LDK Solar Co. Ltd’s (NYSE Symbol: LDK) stock fell $20.10 to $51.65 from yesterday’s intra-day high of $71.75. The company has 111 million shares outstanding. LDK has lost approximately $2.2 billion, 28%, of market value in two trading days.
During today’s trading session Piper Jeffrey issued a report stating “LDK’s financial controller recently left the company; some concerning allegations raised – may pressure stock and reveal better entry point. Allegations from Former Controller: We have confirmed that the LDK financial controller recently left the company. We are also aware of the former controller’s allegations of poor financial controls and a 250MT inventory discrepancy, allegations were made to both the SEC and the external auditor KPMG. We have spoken to the LDK CFO about these claims and have found no reason/proof to dispute management’s claim of 100MT of polysilicon in inventory/WIP. News of the departure may pressure the stock near term.”
At December 31, 2006 LDK had $132.6 million in Inventories and Prepayments to suppliers. These numbers were included in the May 2007 prospectus for LDK’s Morgan Stanley IPO. At June 30, 2007 LDK reported inventory and prepayments to suppliers of $303.7 million. Suffice to say that LDK’s earnings are entirely dependent on the valuation technique and accounting policies used to create these two numbers.
The June 30th numbers were not filed as part of a customary Form 10Q quarterly statement. They are found in two single sheets attached to a August 1, 2007 press release. There is no cash flow statement, management’s discussion and analysis of financial results or an officer’s certification. Apparently LDK plans to treat its shareholders similarly in the third quarter.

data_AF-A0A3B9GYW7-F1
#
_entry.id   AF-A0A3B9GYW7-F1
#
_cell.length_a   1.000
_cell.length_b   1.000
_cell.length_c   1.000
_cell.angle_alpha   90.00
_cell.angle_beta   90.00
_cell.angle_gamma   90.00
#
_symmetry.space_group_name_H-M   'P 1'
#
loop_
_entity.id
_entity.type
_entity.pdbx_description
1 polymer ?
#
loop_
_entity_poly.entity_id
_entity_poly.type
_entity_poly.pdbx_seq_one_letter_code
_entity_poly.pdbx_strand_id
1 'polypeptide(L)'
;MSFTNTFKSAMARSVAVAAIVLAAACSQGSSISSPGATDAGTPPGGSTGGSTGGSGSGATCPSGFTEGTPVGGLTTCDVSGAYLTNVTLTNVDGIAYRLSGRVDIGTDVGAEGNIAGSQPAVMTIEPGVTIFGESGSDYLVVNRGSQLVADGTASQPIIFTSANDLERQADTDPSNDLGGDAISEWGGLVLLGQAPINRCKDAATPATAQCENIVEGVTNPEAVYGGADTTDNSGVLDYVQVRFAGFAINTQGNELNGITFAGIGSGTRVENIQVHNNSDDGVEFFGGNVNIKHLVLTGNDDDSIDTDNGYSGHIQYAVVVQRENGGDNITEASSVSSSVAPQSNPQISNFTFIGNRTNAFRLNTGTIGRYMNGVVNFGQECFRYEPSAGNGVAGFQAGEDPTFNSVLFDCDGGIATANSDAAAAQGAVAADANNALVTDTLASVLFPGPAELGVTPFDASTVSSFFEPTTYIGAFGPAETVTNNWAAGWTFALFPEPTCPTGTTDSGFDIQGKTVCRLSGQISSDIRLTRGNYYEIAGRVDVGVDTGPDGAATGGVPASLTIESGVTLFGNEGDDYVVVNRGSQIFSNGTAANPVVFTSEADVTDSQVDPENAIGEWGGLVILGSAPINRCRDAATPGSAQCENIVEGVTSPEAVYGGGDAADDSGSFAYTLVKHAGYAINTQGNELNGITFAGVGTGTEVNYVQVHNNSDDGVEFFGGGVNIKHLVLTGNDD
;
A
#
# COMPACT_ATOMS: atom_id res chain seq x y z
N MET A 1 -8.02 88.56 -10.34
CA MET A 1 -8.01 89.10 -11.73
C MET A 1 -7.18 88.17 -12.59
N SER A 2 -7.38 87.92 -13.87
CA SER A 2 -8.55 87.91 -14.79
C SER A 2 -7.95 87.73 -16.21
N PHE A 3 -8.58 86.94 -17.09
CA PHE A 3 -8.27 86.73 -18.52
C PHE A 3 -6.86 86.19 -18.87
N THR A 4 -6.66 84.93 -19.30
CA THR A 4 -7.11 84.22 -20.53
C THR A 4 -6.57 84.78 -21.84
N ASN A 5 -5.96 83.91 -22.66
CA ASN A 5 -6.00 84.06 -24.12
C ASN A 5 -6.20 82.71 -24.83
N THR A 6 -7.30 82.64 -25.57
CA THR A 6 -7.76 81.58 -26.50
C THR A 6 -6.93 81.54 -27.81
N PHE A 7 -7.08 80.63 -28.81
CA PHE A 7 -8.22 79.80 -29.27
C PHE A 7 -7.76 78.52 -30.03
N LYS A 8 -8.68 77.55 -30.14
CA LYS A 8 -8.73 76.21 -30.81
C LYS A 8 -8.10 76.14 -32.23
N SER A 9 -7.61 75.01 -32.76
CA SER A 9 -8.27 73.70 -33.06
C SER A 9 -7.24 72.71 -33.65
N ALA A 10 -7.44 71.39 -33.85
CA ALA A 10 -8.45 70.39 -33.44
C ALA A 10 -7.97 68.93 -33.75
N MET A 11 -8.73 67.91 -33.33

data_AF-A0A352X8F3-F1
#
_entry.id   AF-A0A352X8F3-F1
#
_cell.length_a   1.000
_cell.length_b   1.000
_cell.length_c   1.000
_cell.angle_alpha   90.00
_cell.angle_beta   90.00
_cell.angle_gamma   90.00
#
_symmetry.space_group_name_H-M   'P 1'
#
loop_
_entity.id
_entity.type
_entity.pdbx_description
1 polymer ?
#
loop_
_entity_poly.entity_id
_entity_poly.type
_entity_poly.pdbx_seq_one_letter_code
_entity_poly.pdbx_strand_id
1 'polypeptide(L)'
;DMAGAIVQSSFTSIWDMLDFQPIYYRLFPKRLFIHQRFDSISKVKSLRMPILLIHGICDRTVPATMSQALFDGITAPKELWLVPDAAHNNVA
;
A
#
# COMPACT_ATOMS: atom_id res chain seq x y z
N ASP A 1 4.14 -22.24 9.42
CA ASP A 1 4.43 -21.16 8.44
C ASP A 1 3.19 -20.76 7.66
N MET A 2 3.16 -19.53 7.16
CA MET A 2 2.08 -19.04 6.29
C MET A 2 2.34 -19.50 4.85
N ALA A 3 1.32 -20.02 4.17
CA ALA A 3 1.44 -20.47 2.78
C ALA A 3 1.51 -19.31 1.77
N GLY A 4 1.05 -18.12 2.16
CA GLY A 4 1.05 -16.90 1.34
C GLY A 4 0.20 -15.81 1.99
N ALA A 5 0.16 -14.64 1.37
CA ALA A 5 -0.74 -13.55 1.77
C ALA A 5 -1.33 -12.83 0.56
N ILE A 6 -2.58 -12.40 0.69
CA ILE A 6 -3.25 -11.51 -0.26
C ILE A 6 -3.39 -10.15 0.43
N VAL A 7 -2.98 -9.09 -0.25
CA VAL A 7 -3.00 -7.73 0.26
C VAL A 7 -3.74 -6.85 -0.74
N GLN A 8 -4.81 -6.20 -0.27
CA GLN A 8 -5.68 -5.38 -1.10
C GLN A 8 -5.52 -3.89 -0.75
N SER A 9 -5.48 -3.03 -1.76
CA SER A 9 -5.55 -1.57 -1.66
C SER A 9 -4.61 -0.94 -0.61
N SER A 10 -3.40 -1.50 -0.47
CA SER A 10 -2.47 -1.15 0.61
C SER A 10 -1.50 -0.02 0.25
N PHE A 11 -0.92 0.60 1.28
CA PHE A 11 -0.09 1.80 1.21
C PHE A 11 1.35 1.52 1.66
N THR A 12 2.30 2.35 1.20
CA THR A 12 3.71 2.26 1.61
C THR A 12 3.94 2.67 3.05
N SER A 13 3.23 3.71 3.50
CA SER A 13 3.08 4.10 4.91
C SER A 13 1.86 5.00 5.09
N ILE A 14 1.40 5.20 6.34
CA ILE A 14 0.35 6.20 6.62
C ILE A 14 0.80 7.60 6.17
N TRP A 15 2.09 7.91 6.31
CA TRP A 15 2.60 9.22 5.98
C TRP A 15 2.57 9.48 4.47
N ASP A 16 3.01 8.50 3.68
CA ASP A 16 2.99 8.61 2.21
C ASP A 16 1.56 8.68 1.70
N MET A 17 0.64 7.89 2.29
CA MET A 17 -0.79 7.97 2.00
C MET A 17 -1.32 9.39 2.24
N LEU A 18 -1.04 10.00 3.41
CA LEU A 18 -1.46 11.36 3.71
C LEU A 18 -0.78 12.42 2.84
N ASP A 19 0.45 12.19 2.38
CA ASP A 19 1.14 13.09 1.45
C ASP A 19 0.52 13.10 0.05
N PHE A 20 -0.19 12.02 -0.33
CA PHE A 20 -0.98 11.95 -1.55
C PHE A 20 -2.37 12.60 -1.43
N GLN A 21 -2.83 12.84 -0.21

LDK has been reporting far greater margins and lower expense ratios than its established peers despite being essentially a recent start-up. This is particularly alarming for a company that buys the same commodity its peers buy, converts the commodity and then sells it to the same market using essentially the same processes. This clearly raises questions of exactly where and how LDK differentiates itself so dramatically from its peers.
Piper Jeffrey claims to “have found no reason/proof to dispute management’s claims” without any mention of how well they looked. It also stated that the controversy may reveal a “better entry point.” The recommendation contains no discussion about a normalization of margins or write-downs, or even a question about valuation.
Piper’s analyst rating is OUTPERFORM. I could be wrong but does that mean the entry point Piper refers to is to short LDK stock on a bounce?